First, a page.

Thursday Lecture Series: Hide and Seek

Hiding in the Light: Longinus, Boileau, and the Sublime

Thursday, The Heyman Center

The current view in Classics, that the Longinian sublime is not a
rhetorical style but a special effect, owes everything to Boileau’s
reading of Longinus, in particular the famous fiat lux example
(Gen.1:3), which entered into world literature as one of the most
talked about instances of sublimity. There are numerous difficulties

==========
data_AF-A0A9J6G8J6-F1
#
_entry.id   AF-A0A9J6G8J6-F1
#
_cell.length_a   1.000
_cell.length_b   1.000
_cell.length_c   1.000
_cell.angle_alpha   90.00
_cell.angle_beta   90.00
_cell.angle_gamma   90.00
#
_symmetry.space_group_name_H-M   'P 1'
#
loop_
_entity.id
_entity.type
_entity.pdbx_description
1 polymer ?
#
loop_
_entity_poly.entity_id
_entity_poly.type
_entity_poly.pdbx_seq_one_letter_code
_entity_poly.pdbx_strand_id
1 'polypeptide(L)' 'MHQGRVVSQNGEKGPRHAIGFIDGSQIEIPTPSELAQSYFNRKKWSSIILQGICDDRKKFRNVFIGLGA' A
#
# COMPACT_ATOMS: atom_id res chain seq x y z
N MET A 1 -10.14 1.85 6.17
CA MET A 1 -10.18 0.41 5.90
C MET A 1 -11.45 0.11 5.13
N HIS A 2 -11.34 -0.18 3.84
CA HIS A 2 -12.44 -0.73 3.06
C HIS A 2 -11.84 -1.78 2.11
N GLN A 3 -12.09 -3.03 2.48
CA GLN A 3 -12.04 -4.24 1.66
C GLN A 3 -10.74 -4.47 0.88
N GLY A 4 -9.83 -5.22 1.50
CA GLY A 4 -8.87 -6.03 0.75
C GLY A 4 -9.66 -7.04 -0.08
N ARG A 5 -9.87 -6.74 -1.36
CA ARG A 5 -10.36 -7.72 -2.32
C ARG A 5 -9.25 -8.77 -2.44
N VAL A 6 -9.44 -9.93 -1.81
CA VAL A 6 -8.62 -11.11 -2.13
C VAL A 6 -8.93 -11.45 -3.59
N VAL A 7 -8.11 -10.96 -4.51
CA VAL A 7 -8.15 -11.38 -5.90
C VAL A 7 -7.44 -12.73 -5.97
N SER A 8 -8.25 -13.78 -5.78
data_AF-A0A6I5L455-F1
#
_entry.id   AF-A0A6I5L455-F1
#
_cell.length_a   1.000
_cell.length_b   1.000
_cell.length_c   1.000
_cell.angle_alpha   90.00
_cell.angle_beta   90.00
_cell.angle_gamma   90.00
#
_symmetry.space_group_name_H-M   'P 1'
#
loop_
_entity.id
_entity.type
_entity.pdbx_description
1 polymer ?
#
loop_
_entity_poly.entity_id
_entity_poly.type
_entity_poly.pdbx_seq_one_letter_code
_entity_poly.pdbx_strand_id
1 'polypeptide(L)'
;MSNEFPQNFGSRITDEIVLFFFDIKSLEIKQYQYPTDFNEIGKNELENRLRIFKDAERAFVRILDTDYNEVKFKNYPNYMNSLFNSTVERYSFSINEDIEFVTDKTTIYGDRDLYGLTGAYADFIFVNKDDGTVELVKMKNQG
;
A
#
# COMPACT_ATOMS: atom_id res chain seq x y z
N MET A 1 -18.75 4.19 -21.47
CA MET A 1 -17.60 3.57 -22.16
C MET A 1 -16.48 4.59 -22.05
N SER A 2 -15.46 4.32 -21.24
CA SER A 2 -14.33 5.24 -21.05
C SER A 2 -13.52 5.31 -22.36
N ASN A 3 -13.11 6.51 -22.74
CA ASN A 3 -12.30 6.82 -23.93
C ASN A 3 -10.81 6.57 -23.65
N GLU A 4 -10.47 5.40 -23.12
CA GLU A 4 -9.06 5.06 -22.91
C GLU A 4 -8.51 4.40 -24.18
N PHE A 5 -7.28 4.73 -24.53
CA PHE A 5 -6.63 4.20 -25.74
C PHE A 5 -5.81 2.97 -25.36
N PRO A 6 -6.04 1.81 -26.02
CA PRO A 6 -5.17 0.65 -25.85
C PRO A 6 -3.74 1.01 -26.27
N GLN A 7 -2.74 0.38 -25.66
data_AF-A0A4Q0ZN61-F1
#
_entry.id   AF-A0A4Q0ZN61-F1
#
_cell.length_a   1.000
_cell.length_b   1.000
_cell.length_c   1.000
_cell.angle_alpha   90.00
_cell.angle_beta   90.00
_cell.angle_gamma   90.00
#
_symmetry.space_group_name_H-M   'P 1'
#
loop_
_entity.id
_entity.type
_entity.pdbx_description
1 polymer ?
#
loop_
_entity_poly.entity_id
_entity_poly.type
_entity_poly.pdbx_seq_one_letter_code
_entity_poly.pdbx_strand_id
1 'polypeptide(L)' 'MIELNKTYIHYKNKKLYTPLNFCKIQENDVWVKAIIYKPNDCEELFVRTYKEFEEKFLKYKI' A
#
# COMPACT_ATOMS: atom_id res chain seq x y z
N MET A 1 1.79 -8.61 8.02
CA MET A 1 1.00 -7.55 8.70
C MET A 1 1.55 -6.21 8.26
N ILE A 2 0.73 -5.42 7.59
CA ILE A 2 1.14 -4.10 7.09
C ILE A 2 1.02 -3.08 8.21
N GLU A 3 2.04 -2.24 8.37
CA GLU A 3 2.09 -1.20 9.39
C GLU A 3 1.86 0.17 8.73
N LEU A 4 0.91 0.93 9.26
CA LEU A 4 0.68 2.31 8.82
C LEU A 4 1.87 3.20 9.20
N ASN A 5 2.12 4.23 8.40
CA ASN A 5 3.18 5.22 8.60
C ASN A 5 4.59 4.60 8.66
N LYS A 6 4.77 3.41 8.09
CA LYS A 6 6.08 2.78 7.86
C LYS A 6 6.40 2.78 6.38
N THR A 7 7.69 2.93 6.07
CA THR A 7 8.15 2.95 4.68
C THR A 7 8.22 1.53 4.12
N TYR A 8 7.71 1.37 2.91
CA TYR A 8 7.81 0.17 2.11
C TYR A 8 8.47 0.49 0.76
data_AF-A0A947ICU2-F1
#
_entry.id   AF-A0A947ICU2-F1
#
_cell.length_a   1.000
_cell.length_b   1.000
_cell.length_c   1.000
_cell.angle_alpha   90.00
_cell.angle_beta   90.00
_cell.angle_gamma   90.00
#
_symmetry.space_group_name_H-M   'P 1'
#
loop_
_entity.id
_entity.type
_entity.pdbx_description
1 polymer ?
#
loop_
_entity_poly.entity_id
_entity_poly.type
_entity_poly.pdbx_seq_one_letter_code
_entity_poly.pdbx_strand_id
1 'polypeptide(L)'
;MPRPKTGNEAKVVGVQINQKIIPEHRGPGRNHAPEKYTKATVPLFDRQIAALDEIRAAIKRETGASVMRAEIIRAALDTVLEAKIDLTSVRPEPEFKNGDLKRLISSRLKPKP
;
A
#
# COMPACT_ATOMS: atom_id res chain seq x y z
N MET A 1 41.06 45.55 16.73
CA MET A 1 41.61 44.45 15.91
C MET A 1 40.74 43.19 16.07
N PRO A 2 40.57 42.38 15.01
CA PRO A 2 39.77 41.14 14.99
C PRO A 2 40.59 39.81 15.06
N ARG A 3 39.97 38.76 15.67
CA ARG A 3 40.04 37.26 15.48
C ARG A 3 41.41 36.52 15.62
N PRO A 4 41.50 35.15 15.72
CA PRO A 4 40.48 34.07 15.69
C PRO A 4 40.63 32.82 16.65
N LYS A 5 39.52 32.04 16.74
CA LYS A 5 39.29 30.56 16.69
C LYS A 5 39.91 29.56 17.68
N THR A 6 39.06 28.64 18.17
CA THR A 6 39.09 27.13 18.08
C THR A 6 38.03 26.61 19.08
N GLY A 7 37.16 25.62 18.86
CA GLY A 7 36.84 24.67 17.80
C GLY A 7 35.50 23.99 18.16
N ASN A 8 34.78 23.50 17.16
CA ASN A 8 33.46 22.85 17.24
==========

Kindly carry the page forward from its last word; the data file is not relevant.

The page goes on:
with the current view. First, how can it be squared with the
equation of sublimity with rhetoric that is found elsewhere in On
the Sublime? Second, Boileau’s own reading is based on a tendentious
mistranslation of Longinus, which led to a bitter polemic
with two of his contemporaries. Was Boileau possibly blinded by
the excess of brilliance in the example, and by Longinus’ own rhetoric?
A closer examination of the passage, its surroundings, and
Boileau’s role in the Quarrel between the Ancients and Moderns
can suggest a better insight into the manifestly hidden mechanisms
of the sublime in Longinus and elsewhere.